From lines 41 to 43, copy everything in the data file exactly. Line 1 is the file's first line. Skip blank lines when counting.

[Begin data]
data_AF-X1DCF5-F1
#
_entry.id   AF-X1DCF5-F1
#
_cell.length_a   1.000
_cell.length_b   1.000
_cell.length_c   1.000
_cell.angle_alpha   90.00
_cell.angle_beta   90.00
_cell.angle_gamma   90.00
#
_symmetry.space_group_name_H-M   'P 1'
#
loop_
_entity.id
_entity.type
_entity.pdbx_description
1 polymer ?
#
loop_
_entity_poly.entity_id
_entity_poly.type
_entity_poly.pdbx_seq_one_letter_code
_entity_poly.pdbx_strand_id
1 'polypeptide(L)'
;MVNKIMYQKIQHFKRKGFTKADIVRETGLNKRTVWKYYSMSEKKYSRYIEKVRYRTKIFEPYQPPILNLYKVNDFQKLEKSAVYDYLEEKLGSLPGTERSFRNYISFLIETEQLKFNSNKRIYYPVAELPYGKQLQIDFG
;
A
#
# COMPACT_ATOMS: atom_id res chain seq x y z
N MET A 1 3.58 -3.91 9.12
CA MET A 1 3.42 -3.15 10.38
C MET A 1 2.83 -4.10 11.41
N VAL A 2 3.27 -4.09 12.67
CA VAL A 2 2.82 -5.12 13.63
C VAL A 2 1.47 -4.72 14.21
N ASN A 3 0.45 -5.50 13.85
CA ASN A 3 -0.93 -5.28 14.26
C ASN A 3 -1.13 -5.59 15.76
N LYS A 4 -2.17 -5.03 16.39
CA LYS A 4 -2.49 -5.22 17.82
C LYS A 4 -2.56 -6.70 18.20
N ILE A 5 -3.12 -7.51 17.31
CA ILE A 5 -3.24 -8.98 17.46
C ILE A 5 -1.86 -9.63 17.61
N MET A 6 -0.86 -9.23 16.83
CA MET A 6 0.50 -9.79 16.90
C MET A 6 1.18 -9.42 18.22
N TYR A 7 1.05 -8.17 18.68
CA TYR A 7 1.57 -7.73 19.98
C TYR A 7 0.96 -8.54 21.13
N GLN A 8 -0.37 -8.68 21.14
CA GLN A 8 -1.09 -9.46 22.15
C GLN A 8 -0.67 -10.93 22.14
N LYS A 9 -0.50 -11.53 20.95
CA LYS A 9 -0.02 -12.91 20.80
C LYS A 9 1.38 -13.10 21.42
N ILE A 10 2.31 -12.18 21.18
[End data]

CA LYS A 4 -2.49 -5.22 17.82
C LYS A 4 -2.56 -6.70 18.20
N ILE A 5 -3.12 -7.51 17.31